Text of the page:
Clicked these free birds by the Mahadev Temple

The sun shimmers on still waters of the Gaumukh

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Some Lost Places

General's Palace - now a dilapidated langoor-infested shrine - and Kalika Mata Temple are next.

The general's palace is now a shrine

But it is grand nonetheless

Narrow lanes in the palace

A langoor contemplates on lice and life as the sun prepares o set

The Fateh Palace is now a museum and a portion has been converted to a school. The 12th century Keerti Stambh has developed cracks and is off-limits to visitors.

Fateh Palace Museum
Keetri Stambh in the background

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Rani Padmini's Palace - Rewinding History

The last section of the fort is the Rani Padmini Palace. Most of this building is now converted into a nice garden. One room remains - and it houses a mirror. This mirror is at the same location where an earlier mirror showed a glimpse of Rani Padmini's beauty to a hapless Alauddin Khilji. Enamored by her beauty, he vowed to make her a part of his royal harem.

A garden inside Padmini Palace

The small building on the right is like an island - it housed the Queen

The ensuing seige resulted in massive loss for the Mewars, seeing which the queen opted for a Jauhar (self-immolation) and was joined by all the women-folk of the fort. The men, now left with nothing to fight for, marched out of the fort dressed in sacrificial saffron robes to face certain death at the hands of the Sultanate. The Sultan's triumph at the conquer of Chittaur was short lived, for his ultimate prize was reduced to ashes.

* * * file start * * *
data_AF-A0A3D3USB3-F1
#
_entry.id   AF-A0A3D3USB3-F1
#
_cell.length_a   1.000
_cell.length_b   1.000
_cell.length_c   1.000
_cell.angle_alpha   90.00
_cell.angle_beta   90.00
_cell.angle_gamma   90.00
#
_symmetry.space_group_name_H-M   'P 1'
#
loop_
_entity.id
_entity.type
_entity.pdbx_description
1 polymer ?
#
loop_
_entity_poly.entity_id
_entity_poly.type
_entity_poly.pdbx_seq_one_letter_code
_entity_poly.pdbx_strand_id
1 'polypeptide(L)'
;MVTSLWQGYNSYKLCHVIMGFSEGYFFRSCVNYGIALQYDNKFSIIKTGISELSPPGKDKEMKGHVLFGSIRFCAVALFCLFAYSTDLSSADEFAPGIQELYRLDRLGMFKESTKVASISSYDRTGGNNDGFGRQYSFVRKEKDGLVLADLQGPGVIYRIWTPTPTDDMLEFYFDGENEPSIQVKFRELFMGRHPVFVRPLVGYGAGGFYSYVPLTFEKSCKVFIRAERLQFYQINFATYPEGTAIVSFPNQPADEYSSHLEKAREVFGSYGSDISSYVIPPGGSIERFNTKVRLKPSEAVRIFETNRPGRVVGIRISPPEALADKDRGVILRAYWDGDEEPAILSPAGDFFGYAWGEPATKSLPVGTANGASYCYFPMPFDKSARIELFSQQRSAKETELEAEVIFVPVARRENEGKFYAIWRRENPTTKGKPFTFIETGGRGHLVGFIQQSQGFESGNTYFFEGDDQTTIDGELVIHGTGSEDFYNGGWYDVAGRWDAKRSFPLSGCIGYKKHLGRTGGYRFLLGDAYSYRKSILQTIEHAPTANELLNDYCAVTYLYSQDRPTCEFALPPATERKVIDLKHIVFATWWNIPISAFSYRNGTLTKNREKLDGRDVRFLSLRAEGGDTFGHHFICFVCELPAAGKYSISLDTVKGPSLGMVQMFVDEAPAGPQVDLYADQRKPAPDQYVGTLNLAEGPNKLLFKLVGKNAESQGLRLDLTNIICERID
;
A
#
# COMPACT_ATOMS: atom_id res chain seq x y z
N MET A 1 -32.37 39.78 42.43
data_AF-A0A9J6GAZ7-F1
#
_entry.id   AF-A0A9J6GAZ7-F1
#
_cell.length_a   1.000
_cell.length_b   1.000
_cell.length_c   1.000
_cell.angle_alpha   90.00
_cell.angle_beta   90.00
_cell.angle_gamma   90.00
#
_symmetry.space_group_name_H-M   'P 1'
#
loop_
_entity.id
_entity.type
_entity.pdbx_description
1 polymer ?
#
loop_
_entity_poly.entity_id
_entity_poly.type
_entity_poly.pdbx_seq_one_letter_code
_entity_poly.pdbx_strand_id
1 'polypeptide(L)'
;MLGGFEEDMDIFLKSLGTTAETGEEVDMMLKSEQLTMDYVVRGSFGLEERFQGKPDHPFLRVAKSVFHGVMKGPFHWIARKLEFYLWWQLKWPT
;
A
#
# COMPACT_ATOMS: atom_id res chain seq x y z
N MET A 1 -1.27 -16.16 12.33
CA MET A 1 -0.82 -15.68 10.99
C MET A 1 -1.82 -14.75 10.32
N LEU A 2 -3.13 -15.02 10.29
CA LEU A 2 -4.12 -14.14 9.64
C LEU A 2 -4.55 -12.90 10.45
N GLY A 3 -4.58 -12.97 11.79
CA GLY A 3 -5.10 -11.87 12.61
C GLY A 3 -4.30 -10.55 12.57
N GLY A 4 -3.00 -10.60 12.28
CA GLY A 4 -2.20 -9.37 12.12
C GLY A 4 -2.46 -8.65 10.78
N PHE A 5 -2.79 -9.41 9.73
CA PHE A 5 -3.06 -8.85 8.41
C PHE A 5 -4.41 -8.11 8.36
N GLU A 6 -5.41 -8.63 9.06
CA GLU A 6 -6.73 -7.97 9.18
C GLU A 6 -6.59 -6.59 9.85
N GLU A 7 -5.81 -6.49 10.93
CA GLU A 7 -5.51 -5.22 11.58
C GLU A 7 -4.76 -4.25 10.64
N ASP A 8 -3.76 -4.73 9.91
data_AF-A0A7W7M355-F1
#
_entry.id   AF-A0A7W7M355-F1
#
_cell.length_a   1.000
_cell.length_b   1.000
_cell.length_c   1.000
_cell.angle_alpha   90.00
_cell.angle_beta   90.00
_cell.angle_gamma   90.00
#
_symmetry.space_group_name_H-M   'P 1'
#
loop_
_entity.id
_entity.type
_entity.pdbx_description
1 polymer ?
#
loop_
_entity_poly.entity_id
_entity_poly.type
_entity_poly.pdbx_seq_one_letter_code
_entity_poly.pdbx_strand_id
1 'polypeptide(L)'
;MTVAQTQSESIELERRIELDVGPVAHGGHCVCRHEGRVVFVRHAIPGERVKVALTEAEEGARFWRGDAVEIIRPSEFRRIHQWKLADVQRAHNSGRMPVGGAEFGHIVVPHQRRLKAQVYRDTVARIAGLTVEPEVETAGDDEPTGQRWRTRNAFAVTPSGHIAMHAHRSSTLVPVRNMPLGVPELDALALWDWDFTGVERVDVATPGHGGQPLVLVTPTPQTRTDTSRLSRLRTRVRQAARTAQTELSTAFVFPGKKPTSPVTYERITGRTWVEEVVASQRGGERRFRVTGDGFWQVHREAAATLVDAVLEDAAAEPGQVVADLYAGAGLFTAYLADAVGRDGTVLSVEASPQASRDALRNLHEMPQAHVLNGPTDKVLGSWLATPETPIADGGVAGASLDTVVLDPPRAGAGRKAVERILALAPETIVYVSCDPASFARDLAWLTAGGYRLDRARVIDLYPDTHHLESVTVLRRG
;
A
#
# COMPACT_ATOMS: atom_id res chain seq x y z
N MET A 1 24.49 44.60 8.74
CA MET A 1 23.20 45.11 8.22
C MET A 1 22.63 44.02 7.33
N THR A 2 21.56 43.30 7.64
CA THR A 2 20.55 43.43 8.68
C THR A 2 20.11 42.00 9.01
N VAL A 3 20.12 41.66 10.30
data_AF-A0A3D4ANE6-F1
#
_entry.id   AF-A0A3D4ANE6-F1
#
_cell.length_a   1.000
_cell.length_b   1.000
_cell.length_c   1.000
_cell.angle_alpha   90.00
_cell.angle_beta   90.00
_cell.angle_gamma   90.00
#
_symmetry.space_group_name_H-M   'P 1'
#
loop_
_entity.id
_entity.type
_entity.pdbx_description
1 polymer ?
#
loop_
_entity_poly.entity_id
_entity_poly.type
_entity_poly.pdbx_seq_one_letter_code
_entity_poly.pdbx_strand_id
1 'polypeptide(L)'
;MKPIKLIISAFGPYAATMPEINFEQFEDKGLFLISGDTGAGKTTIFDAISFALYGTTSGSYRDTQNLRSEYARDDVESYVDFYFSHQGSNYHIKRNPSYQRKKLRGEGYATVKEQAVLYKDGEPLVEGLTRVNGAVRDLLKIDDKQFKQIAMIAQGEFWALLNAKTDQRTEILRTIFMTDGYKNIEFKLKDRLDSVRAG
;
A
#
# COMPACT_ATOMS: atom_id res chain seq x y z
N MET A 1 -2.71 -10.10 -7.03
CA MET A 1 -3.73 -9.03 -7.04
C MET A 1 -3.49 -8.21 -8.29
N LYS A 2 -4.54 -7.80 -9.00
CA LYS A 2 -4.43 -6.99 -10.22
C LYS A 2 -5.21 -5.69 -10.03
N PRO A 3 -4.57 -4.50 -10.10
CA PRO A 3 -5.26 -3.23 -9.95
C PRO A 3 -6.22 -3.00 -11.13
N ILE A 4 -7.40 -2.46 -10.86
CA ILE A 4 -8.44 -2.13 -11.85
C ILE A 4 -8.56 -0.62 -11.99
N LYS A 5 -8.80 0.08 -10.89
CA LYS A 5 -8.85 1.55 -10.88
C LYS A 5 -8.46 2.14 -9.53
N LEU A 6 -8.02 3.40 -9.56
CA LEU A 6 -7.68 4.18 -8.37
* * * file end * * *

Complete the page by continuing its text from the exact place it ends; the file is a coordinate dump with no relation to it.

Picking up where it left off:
Chittaurgarh - as it stands today

The fort was later recaptured and rebuilt, then lost and recaptured again, until finally succumbing under the might of Emperor Akbar.

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Getting There

Chittaurgarh fort is a part of Chittaurgarh town. There's a railway junction which connects to Ratlam, Udaipur, Jaipur and Kota. It is located on the road link between Udaipur and Jaipur. It takes two hours by road from Udaipur, and almost the same time by train as well. RSRTC bus connectivity is very good too.

On the map

From the bus station, one can hire a rickshaw to the fort. the same rickshaw can be used to tour this immense fort and then come back to the bus station. The total fare should not exceed Rs. 300. As anywhere else, bargain hard.

Cycles are apparently available on rent inside the fort for a price of Rs. 100.

Tickets are Rs. 5 for Indians and Rs. 100 for foreigners.

I did Chittaur as a quick day-trip from Udaipur by RSRTC buses.

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Other Places In Rajasthan

Mount Abu || Udaipur || Bundi || Badoli || Jhalawar

© One Of The Road

1 comment:

  1. Incredible pictures. I wish I could go there again. The stories revolving around it are amazing.